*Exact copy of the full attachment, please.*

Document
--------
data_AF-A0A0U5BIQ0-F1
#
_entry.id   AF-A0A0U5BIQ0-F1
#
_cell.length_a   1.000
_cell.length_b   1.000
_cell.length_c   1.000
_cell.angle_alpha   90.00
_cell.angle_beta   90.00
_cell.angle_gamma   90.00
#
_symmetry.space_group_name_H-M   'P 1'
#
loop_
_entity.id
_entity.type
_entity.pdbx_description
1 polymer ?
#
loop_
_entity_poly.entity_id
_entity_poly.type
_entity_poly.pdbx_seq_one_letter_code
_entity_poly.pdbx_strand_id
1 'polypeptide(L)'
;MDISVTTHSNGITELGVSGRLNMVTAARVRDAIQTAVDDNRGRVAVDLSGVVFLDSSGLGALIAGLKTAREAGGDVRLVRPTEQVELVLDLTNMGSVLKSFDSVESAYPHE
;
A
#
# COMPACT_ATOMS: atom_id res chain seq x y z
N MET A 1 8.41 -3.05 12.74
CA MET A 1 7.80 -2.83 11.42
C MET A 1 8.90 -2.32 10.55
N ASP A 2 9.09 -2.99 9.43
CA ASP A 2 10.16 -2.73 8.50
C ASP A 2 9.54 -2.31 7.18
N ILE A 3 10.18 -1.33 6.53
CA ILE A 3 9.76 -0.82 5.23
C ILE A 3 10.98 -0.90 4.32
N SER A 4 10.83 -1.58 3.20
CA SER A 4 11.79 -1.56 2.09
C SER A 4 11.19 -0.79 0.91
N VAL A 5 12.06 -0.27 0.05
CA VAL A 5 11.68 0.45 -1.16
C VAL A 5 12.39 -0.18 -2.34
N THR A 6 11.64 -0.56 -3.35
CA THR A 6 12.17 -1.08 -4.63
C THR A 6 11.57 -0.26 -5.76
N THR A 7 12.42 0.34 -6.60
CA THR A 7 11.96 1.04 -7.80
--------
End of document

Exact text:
data_AF-A0A0U5BIQ0-F1
#
_entry.id   AF-A0A0U5BIQ0-F1
#
_cell.length_a   1.000
_cell.length_b   1.000
_cell.length_c   1.000
_cell.angle_alpha   90.00
_cell.angle_beta   90.00
_cell.angle_gamma   90.00
#
_symmetry.space_group_name_H-M   'P 1'
#
loop_
_entity.id
_entity.type
_entity.pdbx_description
1 polymer ?
#
loop_
_entity_poly.entity_id
_entity_poly.type
_entity_poly.pdbx_seq_one_letter_code
_entity_poly.pdbx_strand_id
1 'polypeptide(L)'
;MDISVTTHSNGITELGVSGRLNMVTAARVRDAIQTAVDDNRGRVAVDLSGVVFLDSSGLGALIAGLKTAREAGGDVRLVRPTEQVELVLDLTNMGSVLKSFDSVESAYPHE
;
A
#
# COMPACT_ATOMS: atom_id res chain seq x y z
N MET A 1 8.41 -3.05 12.74
CA MET A 1 7.80 -2.83 11.42
C MET A 1 8.90 -2.32 10.55
N ASP A 2 9.09 -2.99 9.43
CA ASP A 2 10.16 -2.73 8.50
C ASP A 2 9.54 -2.31 7.18
N ILE A 3 10.18 -1.33 6.53
CA ILE A 3 9.76 -0.82 5.23
C ILE A 3 10.98 -0.90 4.32
N SER A 4 10.83 -1.58 3.20
CA SER A 4 11.79 -1.56 2.09
C SER A 4 11.19 -0.79 0.91
N VAL A 5 12.06 -0.27 0.05
CA VAL A 5 11.68 0.45 -1.16
C VAL A 5 12.39 -0.18 -2.34
N THR A 6 11.64 -0.56 -3.35
CA THR A 6 12.17 -1.08 -4.63
C THR A 6 11.57 -0.26 -5.76
N THR A 7 12.42 0.34 -6.60
CA THR A 7 11.96 1.04 -7.80